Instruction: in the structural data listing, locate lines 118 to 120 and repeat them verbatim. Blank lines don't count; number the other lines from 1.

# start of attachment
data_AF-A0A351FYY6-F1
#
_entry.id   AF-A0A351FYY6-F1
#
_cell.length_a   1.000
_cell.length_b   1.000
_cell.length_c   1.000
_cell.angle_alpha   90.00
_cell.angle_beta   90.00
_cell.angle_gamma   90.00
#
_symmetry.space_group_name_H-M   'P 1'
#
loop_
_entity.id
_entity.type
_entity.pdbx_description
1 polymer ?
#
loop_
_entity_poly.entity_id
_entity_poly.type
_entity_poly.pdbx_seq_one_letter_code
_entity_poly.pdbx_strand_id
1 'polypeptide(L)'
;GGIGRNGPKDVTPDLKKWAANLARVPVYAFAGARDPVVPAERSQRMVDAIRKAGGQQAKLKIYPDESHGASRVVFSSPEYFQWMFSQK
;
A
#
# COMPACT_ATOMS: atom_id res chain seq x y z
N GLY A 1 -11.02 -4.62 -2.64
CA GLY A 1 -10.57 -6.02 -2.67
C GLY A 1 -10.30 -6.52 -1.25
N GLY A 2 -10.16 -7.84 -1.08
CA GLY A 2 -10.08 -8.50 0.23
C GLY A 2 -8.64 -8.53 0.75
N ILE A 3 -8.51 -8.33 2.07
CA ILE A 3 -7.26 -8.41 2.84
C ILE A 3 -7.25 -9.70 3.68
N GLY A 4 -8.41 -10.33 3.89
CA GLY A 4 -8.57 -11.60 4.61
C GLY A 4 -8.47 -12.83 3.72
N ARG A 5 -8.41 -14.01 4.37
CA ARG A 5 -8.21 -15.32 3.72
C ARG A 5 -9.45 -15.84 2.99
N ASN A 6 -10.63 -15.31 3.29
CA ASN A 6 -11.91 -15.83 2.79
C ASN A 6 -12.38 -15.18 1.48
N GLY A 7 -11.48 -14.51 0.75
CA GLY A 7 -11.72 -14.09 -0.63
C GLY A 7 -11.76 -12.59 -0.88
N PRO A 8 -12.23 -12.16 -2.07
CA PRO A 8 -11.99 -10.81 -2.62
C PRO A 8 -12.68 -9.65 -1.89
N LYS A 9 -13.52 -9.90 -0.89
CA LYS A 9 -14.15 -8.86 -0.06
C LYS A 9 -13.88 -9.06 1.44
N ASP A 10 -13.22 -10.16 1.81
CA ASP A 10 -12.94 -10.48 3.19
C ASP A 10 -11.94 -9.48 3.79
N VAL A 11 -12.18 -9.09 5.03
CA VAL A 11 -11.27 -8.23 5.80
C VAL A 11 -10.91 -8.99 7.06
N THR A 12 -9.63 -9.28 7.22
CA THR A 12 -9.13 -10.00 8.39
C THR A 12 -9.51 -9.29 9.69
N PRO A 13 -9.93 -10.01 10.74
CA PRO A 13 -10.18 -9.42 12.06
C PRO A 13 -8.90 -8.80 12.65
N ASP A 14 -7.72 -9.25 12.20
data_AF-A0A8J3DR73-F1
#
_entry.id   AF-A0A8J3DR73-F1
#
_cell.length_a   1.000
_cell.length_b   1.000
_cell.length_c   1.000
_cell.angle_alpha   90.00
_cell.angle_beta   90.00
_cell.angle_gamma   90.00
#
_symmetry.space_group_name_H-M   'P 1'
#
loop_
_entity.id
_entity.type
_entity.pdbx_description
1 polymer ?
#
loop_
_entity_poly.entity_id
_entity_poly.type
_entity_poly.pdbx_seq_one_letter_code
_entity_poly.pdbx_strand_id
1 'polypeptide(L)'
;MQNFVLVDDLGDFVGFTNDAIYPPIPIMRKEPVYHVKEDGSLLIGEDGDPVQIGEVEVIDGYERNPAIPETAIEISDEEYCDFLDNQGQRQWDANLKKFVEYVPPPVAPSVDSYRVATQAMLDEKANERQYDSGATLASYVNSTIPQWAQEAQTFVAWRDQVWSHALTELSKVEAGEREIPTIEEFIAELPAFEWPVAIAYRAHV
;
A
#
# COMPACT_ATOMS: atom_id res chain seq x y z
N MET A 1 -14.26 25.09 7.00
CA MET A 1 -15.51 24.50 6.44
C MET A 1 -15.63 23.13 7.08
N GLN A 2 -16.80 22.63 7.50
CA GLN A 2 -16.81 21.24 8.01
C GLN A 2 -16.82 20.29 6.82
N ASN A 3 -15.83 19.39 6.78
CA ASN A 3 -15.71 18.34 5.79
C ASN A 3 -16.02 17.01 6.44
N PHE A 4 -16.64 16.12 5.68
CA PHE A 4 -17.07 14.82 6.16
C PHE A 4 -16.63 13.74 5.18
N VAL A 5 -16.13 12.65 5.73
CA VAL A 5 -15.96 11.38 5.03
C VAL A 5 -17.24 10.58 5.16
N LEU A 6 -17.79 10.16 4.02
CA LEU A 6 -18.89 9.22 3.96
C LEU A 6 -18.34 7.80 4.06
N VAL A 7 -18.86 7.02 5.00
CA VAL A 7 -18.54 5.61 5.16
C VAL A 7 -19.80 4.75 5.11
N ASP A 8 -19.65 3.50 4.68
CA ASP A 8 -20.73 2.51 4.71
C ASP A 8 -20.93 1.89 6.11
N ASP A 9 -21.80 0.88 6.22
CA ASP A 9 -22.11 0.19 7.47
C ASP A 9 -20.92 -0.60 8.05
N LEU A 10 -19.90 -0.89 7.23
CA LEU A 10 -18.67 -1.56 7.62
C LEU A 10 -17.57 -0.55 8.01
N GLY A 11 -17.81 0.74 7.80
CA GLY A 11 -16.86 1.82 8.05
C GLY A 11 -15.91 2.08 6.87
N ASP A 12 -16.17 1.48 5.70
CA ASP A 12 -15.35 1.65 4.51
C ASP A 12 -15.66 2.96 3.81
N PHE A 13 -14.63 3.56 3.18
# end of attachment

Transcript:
C LEU A 6 -18.34 7.80 4.06
N VAL A 7 -18.86 7.02 5.00
CA VAL A 7 -18.54 5.61 5.16